Update: this is indeed a dodgy method I’ve posted below. I’ll update this post when I can, but you’re better off digging out your 8th grade maths and working out the coordinates of surrounding cells and constraining all edges to each other. Friends don’t let friends blog at 12.30am.
So I’ve been puzzling for a few weeks through the dim and darkened alleyways of Leopard’s new Core Animation APIs and the rather wonderful CALayer. One of the features I’m planning for Hyperspaces is a desktop pager that will show basic approximations of your on-screen windows - sort of like what used to be in VirtueDesktops, but way cooler because it will use Core Animation to smoothly animate changes in state.
Unfortunately, I hit a rather interesting problem while attempting to draw a grid of self-positioning CALayers. See, you can tie CALayers together using constraints, but in a traditional grid of objects you need to tie all the edges of the grid objects to each other (and the outer grid objects to the frame of the constraining frame) - but you can’t constrain CALayers using CALayers that haven’t been created yet (still with me? sounds sane, right?).
So the answer turned out to be to cheat. First, constrain the width and height of all CALayer grid objects to be consistently based on the height and width of the constraining CALayer (scaled to fit the number of columns and rows we’re trying to get onscreen). Tie all the “outer” CALayers to the constraining CALayer on the edges where they connect with it. Now, tie the left and top edges of all CALayers to the right and bottom edges of the CALayers around them as shown to the left.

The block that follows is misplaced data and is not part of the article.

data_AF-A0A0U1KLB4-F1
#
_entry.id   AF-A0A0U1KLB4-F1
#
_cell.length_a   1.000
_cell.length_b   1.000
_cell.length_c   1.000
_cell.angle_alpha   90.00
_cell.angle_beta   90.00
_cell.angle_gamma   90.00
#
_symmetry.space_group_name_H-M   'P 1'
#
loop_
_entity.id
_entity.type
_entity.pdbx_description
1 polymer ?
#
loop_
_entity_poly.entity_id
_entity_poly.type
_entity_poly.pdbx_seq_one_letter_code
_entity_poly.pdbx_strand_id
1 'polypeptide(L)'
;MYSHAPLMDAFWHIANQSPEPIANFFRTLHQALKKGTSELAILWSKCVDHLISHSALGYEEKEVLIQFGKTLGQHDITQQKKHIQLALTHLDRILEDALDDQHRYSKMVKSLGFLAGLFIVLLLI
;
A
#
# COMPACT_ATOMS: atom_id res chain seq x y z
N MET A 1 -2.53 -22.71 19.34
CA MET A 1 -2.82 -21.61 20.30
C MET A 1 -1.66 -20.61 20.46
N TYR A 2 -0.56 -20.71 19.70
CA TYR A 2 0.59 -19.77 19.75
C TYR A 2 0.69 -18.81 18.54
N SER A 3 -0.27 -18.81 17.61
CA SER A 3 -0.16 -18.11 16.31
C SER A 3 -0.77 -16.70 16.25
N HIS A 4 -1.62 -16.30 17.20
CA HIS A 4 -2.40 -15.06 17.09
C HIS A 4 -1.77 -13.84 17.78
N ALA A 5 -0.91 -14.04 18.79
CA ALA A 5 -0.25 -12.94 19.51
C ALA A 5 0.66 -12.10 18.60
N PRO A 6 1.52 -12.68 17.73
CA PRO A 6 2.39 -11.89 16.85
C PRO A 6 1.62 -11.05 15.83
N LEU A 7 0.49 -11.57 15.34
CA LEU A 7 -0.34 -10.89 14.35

So in the interests of getting more Core Animation code out there, here is my somewhat dodgy, but completely re-usable approach to drawing a grid of CALayers in your own monstrosity of an application. I’m open to being completely corrected by someone willing to write a proper CALayoutManager for this. Neil, James - now that you’ve been through Cocoa bootcamp, I expect to see some really inappropriate Core Animation, OK? Use this as a starting point: